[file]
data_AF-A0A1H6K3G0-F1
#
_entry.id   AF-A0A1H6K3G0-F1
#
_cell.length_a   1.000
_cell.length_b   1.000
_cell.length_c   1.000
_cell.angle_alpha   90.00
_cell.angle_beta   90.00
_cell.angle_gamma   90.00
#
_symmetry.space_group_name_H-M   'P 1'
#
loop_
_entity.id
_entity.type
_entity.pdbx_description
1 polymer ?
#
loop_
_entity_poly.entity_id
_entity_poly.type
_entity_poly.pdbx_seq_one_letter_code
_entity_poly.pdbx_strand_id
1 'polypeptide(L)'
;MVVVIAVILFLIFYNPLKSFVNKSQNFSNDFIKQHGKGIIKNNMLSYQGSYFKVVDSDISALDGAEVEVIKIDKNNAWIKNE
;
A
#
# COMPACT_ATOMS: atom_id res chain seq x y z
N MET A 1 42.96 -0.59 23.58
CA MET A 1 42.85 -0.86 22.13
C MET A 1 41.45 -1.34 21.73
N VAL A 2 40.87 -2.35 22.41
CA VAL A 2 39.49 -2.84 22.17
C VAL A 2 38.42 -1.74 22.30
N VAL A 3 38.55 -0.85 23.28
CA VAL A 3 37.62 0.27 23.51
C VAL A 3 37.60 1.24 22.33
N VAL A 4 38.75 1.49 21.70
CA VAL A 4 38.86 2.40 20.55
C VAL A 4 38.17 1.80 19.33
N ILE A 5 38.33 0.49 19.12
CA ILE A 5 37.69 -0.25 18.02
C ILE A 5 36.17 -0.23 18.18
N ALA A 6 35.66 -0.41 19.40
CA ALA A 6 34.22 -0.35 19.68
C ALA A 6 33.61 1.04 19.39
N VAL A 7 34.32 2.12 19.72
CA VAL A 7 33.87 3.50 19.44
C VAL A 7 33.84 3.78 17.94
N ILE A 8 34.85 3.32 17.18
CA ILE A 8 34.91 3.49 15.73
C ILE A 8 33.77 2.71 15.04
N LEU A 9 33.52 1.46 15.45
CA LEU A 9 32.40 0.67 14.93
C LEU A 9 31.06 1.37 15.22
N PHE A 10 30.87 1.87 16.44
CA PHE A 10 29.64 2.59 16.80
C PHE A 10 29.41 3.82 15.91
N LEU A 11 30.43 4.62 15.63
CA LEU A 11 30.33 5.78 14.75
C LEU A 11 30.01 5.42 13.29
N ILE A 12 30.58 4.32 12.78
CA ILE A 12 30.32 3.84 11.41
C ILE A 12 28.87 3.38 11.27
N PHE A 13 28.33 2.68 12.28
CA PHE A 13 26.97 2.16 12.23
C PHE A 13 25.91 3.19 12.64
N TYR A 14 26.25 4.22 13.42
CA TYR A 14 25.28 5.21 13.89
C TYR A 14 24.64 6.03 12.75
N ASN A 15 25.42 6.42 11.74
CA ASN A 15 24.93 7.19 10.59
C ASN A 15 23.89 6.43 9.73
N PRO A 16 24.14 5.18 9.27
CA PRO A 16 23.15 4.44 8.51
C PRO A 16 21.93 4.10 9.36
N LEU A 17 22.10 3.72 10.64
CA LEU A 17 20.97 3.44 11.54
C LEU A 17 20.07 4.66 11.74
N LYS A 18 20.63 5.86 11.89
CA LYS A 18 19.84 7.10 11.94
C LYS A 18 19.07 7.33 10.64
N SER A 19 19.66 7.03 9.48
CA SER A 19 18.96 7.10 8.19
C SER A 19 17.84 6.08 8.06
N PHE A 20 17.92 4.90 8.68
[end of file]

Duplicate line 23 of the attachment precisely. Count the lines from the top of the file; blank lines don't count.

_entity_poly.pdbx_seq_one_letter_code